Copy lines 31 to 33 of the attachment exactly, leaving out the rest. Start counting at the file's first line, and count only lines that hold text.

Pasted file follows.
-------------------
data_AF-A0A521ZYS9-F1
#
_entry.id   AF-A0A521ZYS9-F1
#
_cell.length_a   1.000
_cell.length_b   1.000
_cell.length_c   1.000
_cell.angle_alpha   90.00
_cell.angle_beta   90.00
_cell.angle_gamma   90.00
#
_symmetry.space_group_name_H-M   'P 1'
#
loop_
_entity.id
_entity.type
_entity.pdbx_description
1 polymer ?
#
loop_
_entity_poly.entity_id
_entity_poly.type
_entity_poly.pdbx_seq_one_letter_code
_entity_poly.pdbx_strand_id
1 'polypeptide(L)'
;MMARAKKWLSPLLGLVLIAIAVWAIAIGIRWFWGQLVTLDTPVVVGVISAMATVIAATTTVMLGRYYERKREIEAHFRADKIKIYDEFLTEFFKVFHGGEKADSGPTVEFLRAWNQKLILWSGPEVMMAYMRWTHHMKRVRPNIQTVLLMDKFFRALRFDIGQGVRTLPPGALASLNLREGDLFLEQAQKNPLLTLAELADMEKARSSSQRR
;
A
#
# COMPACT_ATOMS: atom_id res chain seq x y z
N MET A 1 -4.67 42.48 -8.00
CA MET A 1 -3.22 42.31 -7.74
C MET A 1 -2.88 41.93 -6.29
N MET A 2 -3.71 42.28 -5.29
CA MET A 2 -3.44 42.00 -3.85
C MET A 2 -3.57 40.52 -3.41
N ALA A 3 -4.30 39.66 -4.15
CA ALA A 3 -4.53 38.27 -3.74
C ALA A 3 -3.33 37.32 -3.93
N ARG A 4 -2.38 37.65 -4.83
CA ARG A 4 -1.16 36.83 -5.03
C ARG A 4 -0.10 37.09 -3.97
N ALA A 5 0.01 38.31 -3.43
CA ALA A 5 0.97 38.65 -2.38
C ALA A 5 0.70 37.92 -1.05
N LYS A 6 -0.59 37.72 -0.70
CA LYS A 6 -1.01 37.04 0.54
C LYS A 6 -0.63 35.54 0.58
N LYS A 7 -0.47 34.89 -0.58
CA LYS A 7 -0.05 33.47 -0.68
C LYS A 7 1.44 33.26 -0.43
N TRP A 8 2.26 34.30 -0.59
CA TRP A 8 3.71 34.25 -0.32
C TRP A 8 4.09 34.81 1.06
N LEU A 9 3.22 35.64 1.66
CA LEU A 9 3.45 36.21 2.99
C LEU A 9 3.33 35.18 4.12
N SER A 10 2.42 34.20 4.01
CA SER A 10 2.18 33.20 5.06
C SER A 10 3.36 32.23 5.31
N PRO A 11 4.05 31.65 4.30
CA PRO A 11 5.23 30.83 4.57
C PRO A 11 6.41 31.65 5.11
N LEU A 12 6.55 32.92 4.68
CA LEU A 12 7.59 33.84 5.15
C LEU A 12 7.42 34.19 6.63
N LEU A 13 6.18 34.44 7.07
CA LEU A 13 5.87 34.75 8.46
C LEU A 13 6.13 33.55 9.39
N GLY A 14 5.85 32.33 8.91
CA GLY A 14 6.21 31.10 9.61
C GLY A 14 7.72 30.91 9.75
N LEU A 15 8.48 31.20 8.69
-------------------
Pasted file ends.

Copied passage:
N MET A 1 -4.67 42.48 -8.00
CA MET A 1 -3.22 42.31 -7.74
C MET A 1 -2.88 41.93 -6.29